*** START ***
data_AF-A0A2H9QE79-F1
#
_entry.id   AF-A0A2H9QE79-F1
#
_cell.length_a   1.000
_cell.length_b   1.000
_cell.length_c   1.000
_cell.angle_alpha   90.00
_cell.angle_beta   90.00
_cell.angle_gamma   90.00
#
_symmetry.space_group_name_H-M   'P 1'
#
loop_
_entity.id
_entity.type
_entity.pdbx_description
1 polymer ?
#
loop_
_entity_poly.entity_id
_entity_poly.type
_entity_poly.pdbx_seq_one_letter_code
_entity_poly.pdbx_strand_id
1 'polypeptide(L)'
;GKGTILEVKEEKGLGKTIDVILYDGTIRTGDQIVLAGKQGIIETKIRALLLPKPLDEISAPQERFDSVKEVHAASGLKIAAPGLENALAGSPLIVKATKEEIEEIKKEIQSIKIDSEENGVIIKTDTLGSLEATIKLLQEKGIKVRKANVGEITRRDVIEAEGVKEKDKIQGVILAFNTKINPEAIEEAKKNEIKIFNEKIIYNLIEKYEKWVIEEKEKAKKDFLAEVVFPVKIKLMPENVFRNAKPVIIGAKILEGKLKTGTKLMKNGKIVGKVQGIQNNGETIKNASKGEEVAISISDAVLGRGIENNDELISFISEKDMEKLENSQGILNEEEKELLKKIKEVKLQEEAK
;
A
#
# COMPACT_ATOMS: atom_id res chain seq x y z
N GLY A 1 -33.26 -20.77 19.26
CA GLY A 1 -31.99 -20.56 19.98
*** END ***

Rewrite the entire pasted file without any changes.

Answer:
data_AF-A0A2H9QE79-F1
#
_entry.id   AF-A0A2H9QE79-F1
#
_cell.length_a   1.000
_cell.length_b   1.000
_cell.length_c   1.000
_cell.angle_alpha   90.00
_cell.angle_beta   90.00
_cell.angle_gamma   90.00
#
_symmetry.space_group_name_H-M   'P 1'
#
loop_
_entity.id
_entity.type
_entity.pdbx_description
1 polymer ?
#
loop_
_entity_poly.entity_id
_entity_poly.type
_entity_poly.pdbx_seq_one_letter_code
_entity_poly.pdbx_strand_id
1 'polypeptide(L)'
;GKGTILEVKEEKGLGKTIDVILYDGTIRTGDQIVLAGKQGIIETKIRALLLPKPLDEISAPQERFDSVKEVHAASGLKIAAPGLENALAGSPLIVKATKEEIEEIKKEIQSIKIDSEENGVIIKTDTLGSLEATIKLLQEKGIKVRKANVGEITRRDVIEAEGVKEKDKIQGVILAFNTKINPEAIEEAKKNEIKIFNEKIIYNLIEKYEKWVIEEKEKAKKDFLAEVVFPVKIKLMPENVFRNAKPVIIGAKILEGKLKTGTKLMKNGKIVGKVQGIQNNGETIKNASKGEEVAISISDAVLGRGIENNDELISFISEKDMEKLENSQGILNEEEKELLKKIKEVKLQEEAK
;
A
#
# COMPACT_ATOMS: atom_id res chain seq x y z
N GLY A 1 -33.26 -20.77 19.26
CA GLY A 1 -31.99 -20.56 19.98